Case study: Tiger airways
|Topics:||Marketing, International Business, Logistics, 🙋♂️ Management|
Use the seven Ps frameworks to suggest ways that Tiger can improve its service but remain profitable
The great services are the key to the success. No matter which industry is it but with the great services towards the customer satisfaction is quite important. The traditional 4 Ps are important for the tangible products but for the hospitality industry the three more Ps makes it to the 7 Ps of the service marketing mix. And they are product, price, place, promotion, people, process, physical evidence. Among these the people and physical evidences are very much important for the better services.
In the earlier time the air travel were taken as a luxury and it used to very much expensive. But, in the recent time the air ways have become one of the common ways of travelling. However, there are some specific reasons behind availing the air ways instead of other road ways and they are, saving time, under any emergency, luxury, comfortable journey etc. among all of these points the time saving is the major reason behind choosing the airways instead of other ways of travelling. The Low Cost Carriers (LCC) has become one of the new trends in the airlines business. Most of the airways are focusing on the low cost air service to have a bite of the huge South Asian and Asian market. The market it huge and it has got a great potential due to the increasing per capital income and the increase in the disposable income of the middle class people.
Tiger airways was launched in 2004 by Singapore Airlines (Doganis: 2006, 263) and it was basically for the middle class passengers who are eager to avail air ways if the price is reduced. However, Singapore Airlines must not forget that price reduction is not the primary key; rather the primary key is to satisfy the customer with the value pricing and to keep in mind that the customers are the primary assets of the Tiger Airways (Hax: 2009, 118).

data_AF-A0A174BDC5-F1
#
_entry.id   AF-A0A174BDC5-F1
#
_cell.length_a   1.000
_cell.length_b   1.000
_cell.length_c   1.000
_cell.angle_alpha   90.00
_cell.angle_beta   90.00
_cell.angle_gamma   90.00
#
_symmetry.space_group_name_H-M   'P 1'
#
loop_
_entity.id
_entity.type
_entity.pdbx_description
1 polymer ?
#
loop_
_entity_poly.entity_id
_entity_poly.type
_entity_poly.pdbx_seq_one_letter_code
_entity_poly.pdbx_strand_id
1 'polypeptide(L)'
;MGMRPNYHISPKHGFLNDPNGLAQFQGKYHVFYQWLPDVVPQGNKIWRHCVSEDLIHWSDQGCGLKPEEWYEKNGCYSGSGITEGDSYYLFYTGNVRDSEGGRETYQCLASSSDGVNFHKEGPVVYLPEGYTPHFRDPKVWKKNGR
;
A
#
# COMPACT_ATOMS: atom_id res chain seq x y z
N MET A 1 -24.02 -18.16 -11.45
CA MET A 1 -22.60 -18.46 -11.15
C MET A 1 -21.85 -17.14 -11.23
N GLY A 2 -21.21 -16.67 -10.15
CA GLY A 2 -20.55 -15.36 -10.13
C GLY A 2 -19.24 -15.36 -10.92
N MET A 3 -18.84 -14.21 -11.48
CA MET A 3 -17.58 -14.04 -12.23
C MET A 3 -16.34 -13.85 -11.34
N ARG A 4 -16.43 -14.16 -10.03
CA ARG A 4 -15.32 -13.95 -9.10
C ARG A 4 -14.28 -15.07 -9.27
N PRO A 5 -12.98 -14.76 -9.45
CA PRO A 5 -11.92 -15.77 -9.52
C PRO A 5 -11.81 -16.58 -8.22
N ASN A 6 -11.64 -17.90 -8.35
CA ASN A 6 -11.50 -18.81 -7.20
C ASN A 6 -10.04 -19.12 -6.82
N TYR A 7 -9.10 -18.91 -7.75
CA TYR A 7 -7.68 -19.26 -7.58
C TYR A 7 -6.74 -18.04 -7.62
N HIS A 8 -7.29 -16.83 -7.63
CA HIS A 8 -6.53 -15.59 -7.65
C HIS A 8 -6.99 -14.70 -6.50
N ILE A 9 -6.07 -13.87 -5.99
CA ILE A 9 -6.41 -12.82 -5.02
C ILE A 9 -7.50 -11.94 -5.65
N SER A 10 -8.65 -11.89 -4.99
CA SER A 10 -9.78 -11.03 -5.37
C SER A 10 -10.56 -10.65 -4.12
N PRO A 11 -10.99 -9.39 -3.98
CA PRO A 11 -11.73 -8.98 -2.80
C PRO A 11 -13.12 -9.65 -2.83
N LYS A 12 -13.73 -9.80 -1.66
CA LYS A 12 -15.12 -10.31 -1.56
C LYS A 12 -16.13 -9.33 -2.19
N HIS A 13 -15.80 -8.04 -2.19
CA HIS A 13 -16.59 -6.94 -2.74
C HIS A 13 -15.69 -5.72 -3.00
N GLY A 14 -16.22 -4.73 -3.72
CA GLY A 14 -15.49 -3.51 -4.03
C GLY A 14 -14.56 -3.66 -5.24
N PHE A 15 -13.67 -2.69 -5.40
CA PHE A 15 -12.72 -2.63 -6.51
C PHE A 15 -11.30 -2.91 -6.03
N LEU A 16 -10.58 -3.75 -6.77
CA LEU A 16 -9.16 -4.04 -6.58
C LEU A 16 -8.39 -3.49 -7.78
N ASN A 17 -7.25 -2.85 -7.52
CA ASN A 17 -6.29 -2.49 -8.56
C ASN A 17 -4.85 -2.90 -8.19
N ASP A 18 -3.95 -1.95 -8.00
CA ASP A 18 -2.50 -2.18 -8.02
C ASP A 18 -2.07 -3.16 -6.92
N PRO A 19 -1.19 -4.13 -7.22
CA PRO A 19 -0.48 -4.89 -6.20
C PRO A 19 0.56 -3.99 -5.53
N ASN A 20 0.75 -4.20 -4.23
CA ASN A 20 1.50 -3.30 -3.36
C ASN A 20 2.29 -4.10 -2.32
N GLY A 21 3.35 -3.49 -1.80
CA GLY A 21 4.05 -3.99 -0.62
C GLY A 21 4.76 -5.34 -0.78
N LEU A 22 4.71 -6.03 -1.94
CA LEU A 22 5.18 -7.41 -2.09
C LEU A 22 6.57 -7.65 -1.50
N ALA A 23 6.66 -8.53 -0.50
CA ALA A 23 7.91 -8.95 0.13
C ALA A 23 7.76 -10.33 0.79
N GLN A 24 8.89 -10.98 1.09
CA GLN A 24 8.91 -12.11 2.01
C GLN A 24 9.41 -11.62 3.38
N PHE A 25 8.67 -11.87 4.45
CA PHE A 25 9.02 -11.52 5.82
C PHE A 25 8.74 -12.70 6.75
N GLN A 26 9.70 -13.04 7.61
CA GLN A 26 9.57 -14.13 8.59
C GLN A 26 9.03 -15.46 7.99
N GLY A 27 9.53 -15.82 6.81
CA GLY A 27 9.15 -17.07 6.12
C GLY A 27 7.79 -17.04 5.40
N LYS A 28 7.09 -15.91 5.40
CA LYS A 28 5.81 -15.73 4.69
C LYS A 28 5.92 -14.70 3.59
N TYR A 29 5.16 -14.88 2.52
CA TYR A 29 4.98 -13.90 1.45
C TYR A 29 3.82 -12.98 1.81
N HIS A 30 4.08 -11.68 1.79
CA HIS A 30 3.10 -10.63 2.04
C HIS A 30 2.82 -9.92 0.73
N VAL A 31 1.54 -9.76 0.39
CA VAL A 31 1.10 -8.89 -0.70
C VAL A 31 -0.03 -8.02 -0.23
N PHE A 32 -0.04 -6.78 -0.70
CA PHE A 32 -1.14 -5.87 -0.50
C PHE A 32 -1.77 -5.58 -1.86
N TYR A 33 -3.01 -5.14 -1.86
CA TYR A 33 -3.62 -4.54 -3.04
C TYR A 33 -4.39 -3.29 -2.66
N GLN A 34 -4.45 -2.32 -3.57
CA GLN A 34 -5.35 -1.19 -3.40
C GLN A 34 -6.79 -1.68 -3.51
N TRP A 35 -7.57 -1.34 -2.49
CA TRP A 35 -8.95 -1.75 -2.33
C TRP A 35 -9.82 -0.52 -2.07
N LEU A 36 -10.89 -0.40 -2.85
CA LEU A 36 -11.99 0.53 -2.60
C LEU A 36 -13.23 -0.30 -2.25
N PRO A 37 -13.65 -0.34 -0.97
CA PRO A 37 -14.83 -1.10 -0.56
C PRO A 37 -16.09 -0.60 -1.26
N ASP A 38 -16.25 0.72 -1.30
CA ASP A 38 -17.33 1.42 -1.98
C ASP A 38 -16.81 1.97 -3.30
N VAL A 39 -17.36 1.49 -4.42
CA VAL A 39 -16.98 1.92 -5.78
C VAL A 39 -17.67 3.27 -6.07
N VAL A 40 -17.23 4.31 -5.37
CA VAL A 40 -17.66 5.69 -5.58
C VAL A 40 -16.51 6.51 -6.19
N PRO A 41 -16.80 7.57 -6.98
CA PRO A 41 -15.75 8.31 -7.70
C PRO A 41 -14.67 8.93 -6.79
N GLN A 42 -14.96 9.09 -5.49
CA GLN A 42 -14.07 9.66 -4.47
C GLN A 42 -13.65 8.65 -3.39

According to the 7Ps the traditional 4 Ps are very important but in this case the major important factors within these 7 Ps are price, promotion, physical evidence, and people. The Tiger airways must understand the model of lower the price but double the sales volume without compromising over the quality. The service triangle is a model where it can be seen how the organization keep in touch with the employee and customer at the same time to understand the service factors and employee as well as the customer satisfaction. (Kuhnle: 2007, 9). Tiger must not forget that the physical evidence of the product is very important as they are selling hospitality products which don’t have direct effect over the customers while they are buying the product; rather it can be felt after experiencing the product, so, the physical evidence must provide the tangible satisfaction and that is only possible with value pricing and great customer services. The people involved in the process in this module are the faces of the company and they must know all the important factors to satisfy the customers.
Penetrating pricing may attract many new customers but could be the reason for bellow average services which would create great problem to retain the existing customers. The value pricing would be the best way to retain the customers as the customer would be happy to pay little more but they want better service. Some of the successful services related to the LCC are point to point operation. It means instead of keeping any break the journey of the flight should be straight from one point to another. No free food for short journey but timely landing and no late mark. And one of the most important factors is to keep the employees happy so no formation of unions would occur which might hamper the services (Belobaba, Odoni, and Barnhart: 2009, 123). In this way the Tiger Airways can apply the concept of 7Ps to be profitable even after adopting the low pricing but with the value attached with it. This way the Tiger Airways would be able to sustain their position in the market with the large returning and satisfied customer base.